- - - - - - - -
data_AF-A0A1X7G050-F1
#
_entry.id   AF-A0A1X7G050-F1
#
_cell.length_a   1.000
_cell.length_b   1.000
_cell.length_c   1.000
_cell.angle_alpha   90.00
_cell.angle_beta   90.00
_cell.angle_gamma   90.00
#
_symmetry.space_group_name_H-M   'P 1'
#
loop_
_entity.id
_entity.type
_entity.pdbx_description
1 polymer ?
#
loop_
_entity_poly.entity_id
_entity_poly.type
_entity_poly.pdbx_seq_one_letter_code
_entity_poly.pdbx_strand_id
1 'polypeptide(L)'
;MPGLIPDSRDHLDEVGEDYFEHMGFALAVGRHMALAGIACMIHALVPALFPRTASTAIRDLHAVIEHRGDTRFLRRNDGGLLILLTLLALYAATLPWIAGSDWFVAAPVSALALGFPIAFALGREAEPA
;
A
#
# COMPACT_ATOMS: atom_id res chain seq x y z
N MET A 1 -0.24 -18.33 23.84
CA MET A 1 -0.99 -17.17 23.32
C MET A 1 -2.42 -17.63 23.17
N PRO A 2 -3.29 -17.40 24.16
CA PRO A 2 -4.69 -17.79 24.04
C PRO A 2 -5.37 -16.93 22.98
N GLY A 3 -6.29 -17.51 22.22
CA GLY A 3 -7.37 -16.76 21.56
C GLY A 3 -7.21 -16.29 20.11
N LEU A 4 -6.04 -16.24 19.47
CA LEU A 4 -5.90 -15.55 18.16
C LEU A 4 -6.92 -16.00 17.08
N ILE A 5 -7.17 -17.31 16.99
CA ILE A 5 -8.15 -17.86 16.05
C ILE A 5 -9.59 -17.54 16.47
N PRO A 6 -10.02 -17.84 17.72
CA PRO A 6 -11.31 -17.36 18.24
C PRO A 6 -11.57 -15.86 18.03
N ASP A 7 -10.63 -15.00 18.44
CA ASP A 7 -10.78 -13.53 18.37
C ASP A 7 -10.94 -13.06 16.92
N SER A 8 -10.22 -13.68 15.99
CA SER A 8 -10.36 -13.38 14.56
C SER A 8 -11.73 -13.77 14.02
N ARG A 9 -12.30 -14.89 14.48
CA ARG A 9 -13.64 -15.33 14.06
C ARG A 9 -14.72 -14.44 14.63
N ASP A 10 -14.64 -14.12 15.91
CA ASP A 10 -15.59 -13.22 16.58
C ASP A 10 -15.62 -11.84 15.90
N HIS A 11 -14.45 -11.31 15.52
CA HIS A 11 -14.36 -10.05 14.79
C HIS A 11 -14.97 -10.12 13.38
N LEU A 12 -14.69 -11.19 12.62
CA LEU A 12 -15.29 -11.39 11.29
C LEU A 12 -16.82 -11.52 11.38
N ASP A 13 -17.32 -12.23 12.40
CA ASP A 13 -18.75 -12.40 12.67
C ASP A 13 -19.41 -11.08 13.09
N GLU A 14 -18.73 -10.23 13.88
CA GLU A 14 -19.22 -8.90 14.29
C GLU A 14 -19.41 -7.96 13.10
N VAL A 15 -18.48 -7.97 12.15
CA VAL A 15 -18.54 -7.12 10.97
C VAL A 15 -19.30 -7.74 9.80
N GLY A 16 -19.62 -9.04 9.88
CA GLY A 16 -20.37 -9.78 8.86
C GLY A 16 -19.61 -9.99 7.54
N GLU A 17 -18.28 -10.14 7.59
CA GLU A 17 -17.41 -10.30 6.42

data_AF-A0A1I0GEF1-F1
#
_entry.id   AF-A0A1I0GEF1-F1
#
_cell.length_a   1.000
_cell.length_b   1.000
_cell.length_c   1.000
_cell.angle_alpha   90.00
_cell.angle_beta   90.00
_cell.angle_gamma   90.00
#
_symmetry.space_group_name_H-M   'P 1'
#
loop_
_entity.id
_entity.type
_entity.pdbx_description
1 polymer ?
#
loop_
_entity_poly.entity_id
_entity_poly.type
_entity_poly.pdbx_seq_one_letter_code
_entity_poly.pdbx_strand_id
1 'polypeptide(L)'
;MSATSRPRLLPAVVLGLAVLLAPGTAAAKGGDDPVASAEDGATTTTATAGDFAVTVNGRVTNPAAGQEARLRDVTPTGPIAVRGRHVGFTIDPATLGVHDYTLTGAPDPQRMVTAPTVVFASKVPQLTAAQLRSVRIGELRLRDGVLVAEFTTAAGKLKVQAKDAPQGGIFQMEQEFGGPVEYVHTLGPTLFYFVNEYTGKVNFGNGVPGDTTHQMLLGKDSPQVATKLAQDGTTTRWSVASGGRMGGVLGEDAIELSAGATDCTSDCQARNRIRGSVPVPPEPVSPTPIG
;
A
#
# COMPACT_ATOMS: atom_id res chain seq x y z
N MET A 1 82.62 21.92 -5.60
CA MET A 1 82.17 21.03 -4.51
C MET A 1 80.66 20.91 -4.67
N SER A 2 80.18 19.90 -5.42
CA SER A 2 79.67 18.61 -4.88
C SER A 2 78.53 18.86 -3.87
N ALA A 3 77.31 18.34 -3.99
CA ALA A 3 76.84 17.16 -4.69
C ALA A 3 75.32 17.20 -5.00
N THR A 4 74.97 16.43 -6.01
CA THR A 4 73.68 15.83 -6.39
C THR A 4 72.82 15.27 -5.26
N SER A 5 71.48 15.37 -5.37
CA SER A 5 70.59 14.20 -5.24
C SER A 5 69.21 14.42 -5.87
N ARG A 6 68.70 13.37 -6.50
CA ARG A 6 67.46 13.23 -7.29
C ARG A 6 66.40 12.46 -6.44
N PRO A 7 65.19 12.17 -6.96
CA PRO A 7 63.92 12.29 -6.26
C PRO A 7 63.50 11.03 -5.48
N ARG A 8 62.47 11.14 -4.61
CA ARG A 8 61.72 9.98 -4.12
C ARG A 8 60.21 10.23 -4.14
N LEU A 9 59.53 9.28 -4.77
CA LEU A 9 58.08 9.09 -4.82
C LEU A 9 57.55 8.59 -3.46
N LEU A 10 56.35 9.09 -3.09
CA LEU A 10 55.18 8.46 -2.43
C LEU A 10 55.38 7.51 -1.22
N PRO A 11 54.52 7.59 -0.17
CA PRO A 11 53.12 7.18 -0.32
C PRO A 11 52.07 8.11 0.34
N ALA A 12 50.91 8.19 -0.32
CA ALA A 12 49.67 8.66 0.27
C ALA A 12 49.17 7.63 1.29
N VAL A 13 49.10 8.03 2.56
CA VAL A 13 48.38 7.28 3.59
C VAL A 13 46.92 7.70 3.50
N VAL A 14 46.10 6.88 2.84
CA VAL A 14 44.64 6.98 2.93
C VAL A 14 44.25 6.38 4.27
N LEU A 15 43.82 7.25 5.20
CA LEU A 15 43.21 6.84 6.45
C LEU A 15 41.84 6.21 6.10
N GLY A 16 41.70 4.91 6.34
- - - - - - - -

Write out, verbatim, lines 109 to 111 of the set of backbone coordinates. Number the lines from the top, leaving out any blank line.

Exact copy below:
#
# COMPACT_ATOMS: atom_id res chain seq x y z
N MET A 1 82.62 21.92 -5.60